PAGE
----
Meteor explosion December, near Russia’s remote Kamchatka Peninsula

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Meteor explosion December, near Russia’s remote Kamchatka Peninsula.

The powerful meteor blast exploded near Russia’s remote Kamchatka Peninsula, over the open waters of the Bering Sea. Military satellite over the region tracked the meteor blast to around 16 miles (25.6km) above the ground. The incident occurred on December 18 last year, when the fireball entered the atmosphere at breakneck speeds of about 71,582mph or 32km per second. The meteor never reached the ground but NASA estimates the blast was more powerful than the devastating nuclear bomb dropped on Hiroshima on August 6, 1945.

The meteor’s impact energy stood somewhere in the region of 173 kilotonnes of TNT.

Lindley Johnson, planetary defence officer at NASA, told BBC news events like this only happen once every 100 years or so.

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But the meteor impact comes six years after the terrifying Chelyabinsk Meteor incident of February 15, 2013.

The Chelyabinsk Meteor injured more than 1,000 people and damaged more than 7,000 buildings when it erupted over Russia’s Chelyabinsk Oblast.

NASA sad the December meteor only measured several meteors across, compared to the 65ft-wide (20m) Chelyabinsk rock.

Kelly Fast, an asteroid expert at NASA, said of the latest meteor impact: “That was 40 percent the energy release of Chelyabinsk, but it was over the Bering Sea so it didn’t have the same type of effect or show up in the news.

“That’s another thing we have in our defence, there’s plenty of water on the planet.”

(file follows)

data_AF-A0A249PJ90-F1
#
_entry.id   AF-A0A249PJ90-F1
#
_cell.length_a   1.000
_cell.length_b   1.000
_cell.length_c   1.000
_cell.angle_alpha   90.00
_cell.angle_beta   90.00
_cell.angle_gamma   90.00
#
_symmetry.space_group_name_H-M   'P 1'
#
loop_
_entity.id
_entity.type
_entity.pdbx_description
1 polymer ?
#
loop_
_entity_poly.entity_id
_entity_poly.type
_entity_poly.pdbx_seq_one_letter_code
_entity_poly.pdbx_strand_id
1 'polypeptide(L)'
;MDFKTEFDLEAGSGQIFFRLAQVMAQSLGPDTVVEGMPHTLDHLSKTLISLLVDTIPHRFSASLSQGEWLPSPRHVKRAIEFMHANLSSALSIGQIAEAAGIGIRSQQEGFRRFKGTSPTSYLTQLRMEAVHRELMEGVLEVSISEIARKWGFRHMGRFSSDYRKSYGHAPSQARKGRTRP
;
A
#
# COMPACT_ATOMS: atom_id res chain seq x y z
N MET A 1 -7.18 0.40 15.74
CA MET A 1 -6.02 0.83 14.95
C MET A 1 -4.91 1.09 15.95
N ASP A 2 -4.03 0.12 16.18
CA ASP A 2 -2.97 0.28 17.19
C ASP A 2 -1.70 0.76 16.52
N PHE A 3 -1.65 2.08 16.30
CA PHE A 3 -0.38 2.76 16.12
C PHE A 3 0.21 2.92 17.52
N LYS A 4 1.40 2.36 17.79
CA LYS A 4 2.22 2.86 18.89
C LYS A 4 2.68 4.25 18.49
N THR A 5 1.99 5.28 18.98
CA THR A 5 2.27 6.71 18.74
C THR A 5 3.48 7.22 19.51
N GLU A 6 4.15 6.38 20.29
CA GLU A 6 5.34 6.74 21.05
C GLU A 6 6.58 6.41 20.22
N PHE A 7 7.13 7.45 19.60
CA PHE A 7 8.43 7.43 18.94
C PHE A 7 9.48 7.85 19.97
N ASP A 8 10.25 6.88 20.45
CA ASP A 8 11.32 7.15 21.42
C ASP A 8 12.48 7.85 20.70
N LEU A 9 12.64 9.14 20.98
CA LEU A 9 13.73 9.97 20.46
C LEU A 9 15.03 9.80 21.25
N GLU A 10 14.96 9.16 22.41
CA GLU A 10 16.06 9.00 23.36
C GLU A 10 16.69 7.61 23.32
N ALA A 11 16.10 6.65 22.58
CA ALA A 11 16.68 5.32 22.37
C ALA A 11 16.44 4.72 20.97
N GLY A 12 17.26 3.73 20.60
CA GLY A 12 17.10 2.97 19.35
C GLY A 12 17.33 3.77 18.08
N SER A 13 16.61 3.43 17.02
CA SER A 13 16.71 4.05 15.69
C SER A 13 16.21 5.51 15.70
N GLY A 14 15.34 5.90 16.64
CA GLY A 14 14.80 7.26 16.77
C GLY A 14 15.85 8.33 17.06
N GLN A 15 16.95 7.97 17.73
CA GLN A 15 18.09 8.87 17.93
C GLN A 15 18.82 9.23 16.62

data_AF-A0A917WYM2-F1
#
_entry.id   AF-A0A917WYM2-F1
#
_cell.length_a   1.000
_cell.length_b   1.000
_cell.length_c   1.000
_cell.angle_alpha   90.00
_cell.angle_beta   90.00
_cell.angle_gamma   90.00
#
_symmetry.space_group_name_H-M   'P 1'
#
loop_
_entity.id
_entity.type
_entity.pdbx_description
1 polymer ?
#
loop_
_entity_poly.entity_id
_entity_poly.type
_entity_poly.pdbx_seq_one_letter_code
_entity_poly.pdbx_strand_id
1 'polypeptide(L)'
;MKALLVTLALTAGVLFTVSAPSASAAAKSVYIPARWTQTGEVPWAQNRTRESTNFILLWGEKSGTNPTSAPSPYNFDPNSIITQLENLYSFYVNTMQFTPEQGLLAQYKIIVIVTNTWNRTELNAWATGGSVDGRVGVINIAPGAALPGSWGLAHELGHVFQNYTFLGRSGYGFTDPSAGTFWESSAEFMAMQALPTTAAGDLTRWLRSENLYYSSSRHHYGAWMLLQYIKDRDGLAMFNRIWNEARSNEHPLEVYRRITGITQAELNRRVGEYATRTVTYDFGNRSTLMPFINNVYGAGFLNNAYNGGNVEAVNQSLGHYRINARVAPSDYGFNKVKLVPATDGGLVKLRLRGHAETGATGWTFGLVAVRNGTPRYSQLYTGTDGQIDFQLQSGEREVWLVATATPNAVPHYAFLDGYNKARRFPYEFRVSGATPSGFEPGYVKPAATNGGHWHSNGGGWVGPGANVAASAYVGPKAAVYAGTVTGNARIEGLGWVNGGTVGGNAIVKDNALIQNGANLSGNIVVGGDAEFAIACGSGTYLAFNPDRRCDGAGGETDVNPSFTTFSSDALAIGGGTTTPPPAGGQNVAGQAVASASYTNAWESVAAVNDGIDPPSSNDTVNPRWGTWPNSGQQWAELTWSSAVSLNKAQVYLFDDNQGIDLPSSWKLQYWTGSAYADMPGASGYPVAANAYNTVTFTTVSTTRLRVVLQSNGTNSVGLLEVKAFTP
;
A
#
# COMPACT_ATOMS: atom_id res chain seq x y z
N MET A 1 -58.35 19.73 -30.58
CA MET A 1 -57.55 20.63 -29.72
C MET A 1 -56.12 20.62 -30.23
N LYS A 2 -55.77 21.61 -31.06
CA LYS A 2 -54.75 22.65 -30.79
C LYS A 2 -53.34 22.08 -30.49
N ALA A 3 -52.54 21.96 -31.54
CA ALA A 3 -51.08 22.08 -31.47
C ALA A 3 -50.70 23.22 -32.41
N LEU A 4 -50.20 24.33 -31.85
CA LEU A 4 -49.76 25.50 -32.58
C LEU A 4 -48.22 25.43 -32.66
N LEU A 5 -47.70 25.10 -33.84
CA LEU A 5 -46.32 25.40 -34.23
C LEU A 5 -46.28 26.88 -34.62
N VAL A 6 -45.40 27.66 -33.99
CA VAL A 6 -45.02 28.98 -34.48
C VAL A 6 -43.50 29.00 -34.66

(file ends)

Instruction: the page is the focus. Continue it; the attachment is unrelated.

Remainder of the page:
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According to NASA, the meteor entered the Earth’s atmosphere at a steep angle of around seven degrees.

The meteor’s explosion was then detected by military satellites and the information was relayed to NASA.

Dr Johnson, said the fireball flew towards the ground through an area populated by commercial aeroplane rates between North America and Asia.

Asteroids and comets of various sizes pelt the Earth on a regular basis but rarely does an object big enough to cause widespread destruction approach the planet.

The real danger comes from so-called “Near-Earth Objects” (NEOs) measuring more than 460ft (140m) in diameter.

In 2005, the US Congress tasked NASA with detecting and cataloguing the up to 90 percent of these objects within the boundaries of our solar system.

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Space rocks this big are dubbed “Potentially Hazardous Asteroids” (PHAa) because they have the potential to wipe out or severely damage entire regions.

A 2018 joint-report between NASA and the White House said: “NEO impacts of varying size could have major environmental, economic, and geopolitical consequences detrimental to the United States, even if the impact is outside US territory.

“The direct effects from a NEO impact depend on its size, composition, and impact speed.

“Small, rocky NEOs are likely to explode before hitting the ground, resulting in an airburst that could produce a wider area of moderate damage compared with a similarly sized metallic object that would strike the ground and cause heavier, more localised devastation.”

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